So what is my word for 2020? You may have guessed: Mindlessness. The word captures giving time and energy towards an endeavor that doesn’t really mean anything. Those in search of mindlessness will likely find some form of it nearer than realized. Which leaves me wondering…is wine mindless? Is there no point regarding wines celebrated by blogs such as The Best of Wines? Or is there a truer meaning in wine which must be discovered?

I remember in my younger years, watching people sit around tables sipping wine and talking about the flavors. I remember wondering if there was really a point to this. It seemed pretty mindless but the drinkers enjoyed it. Maybe mindlessness is an excuse to enjoy life. Why else would salespeople putt golf balls on the rug? Is wine mindless or not? Why not be a little mindless? Word for 2020 – Winedless!!

bombast sells in politix!

tBoW: Oh my. The Glass Jar uncovers yet another corner of cognitive dissonance; an experience omnipresent in life. Mindlessness runs the gamut from the current President and his moronic cabinet, to the endless news cycle which runs the idiocy like a broken bicycle, to annual wine holiday catalogs for the oenologically challenged. Wallys Wine used to be a terrific wine shop in West Los Angeles. tBoW found purpose every time in the Westwood Boulevard store owned by Steve Wallace and managed by Gary Fishman. Steve had been buying great wines for so long his backroom was littered with bottles. Wallys backroom was like the storerooms with Euro antiquities purchased mindlessly by Charles Foster Kane [ed. cue Citizen Kane]. It was well known in the 40s that the controversial movie was inspired by the ultra wealthy protagonist newspaper publisher Charles Foster Kane who was William Randolph Hearst. tBoW’s purpose was to locate and capture the fab bottles lost to time In Wally’s backroom. tBow even placed his own son as curator of Wally’s backroom.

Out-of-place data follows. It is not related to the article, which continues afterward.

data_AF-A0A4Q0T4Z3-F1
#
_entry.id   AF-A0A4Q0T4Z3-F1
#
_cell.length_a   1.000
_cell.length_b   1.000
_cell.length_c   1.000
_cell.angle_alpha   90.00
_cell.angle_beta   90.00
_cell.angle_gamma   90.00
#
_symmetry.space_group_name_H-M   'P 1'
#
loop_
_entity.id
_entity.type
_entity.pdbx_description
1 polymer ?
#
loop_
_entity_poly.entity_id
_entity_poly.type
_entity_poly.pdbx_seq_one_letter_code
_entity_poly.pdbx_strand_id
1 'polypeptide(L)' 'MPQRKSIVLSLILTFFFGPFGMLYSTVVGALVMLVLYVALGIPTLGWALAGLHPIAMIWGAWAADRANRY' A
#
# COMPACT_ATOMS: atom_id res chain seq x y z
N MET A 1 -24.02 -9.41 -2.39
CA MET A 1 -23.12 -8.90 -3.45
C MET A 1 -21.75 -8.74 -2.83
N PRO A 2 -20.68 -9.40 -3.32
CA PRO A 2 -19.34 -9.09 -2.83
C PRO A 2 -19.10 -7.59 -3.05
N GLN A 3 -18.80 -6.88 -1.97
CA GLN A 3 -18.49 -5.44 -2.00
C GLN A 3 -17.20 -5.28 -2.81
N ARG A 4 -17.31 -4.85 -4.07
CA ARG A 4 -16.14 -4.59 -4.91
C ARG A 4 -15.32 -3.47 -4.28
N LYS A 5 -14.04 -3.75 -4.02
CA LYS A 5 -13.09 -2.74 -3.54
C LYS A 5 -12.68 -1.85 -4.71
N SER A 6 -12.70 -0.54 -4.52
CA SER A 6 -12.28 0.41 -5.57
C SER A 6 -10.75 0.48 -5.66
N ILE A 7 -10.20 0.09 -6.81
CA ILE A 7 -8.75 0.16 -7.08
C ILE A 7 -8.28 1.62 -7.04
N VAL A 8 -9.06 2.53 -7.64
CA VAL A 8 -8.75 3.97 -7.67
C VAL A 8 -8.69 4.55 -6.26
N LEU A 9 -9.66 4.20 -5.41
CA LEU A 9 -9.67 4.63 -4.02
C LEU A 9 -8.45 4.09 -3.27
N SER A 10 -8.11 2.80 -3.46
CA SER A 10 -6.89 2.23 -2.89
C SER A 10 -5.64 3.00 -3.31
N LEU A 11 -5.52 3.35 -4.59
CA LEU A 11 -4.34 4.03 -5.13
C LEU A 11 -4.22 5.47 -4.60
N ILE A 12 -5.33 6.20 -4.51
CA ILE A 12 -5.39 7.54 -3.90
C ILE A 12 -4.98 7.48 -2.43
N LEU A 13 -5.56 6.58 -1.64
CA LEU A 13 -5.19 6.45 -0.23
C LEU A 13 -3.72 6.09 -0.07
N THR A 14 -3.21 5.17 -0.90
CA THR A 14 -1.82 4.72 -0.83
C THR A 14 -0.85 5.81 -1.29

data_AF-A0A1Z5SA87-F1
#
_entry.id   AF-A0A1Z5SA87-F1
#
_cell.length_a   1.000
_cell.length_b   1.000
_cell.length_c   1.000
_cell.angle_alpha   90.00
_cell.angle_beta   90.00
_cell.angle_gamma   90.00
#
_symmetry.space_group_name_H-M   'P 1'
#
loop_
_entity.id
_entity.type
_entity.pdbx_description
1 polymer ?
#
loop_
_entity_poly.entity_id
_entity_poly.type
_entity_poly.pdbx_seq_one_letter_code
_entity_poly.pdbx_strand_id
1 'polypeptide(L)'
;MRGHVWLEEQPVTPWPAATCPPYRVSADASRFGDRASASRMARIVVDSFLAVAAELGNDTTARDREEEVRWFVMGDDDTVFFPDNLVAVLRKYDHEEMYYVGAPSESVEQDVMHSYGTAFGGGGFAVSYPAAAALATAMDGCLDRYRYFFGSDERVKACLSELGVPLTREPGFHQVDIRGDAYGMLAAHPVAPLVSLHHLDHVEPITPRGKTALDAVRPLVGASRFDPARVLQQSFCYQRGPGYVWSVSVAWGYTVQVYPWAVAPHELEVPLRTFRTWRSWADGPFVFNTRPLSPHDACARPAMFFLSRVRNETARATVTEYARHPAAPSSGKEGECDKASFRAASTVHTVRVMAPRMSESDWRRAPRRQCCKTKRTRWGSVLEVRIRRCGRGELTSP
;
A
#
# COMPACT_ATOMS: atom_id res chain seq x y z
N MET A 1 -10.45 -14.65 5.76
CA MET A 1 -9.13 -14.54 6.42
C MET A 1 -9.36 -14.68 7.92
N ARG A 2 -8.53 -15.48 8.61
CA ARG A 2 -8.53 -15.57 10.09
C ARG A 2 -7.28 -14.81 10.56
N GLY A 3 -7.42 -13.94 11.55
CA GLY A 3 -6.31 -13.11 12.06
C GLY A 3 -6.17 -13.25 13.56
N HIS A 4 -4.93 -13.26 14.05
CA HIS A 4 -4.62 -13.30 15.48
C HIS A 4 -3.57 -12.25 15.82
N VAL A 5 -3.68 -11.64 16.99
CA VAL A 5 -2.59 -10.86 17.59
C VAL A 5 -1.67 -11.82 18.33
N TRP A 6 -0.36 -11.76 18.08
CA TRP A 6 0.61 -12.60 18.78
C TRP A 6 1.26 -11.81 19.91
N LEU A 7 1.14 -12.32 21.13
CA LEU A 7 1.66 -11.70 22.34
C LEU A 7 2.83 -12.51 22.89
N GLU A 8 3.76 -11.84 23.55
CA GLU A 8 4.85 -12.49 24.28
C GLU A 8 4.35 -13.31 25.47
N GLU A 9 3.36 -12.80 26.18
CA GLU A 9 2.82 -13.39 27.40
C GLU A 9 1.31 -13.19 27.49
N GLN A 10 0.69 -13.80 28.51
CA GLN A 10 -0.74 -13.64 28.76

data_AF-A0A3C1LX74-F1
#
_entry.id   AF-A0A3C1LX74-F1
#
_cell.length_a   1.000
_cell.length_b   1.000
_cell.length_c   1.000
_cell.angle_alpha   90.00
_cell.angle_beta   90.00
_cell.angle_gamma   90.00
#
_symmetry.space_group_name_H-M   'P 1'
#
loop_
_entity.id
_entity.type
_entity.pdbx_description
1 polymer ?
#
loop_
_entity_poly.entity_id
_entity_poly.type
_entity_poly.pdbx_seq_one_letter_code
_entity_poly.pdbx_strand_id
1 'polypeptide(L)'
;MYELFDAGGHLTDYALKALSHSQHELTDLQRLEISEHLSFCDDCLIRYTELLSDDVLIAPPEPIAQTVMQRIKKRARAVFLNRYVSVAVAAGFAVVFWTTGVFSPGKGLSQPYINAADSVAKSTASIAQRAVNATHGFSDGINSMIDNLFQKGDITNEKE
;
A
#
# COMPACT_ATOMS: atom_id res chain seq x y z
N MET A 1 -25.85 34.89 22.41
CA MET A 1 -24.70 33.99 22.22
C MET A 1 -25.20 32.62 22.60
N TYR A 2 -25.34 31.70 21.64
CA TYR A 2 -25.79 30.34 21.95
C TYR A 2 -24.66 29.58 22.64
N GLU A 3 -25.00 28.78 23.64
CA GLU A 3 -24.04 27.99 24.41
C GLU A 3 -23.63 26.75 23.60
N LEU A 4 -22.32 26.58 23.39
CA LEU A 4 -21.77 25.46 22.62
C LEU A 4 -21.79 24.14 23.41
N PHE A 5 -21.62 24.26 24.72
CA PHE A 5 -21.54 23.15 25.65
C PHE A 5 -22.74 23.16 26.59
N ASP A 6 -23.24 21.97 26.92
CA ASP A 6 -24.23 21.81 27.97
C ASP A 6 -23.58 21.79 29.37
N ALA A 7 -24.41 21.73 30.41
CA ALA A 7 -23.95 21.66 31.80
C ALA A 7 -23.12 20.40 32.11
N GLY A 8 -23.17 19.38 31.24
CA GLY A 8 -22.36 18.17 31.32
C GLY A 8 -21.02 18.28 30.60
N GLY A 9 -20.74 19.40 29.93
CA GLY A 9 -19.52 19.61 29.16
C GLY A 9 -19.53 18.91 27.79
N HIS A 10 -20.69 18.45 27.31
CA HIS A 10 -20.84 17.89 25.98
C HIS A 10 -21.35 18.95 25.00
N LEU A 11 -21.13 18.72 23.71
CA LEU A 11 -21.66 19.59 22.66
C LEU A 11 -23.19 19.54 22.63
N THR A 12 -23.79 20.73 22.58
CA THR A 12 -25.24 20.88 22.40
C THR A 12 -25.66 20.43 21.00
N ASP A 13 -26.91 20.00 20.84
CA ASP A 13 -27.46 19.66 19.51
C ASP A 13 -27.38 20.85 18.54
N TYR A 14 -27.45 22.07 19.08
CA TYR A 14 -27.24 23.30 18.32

Steve Wallace sold out at least a decade ago. Wally’s today is a mindless wine store that caters to mindless “wine collectors.” WINEDLESSNESS applies! The holiday catalog is a monument to mindlessness. tBoW was so appaled wth the tastelessness of the premier post sale catalog we featured it here.

Is the Glass Jar presaging the greatest events of 2020…the national and key state elections? Stay tuned. And pop a great Cava sparkler during the holidays…something like Raventos i Blanc Blanc de Blancs U20 at ~$20: YUMMY JUMMY NUMMY NUM NUMS! Cava sparkler perfectly balanced, good weight golden apples sez Mrs tBoW. We could say poor mans Krug but that would be quite a stretch. Or would it? Great backstory here worth reading how this Penedes winery stepped it up champagne style in 2012. Sold to tBoW by Katie of Desert Wine Shop [ed. now there’s a surprise.]

HAPPY NEW YEAR.

 

Wine Dinner with the Krisses

What? Sounds boring? Hardly. Neither was the Krisses Tasting boring. In fact, it was splendid. KrisA is preggers again so no wine for her and more for us. KrisB, tBoW and Sam-the-Rioja-Man [ed. SRM?] were on hand to help out with the h-e-a-v-y lifting…if ya git mah drrriiiiffftttt. PT8Y handled child care with the very active 4 y.o. Everett. Mrs. tBoW assisted with light sipping esp when the desert wine cork was pulled. She’s like that.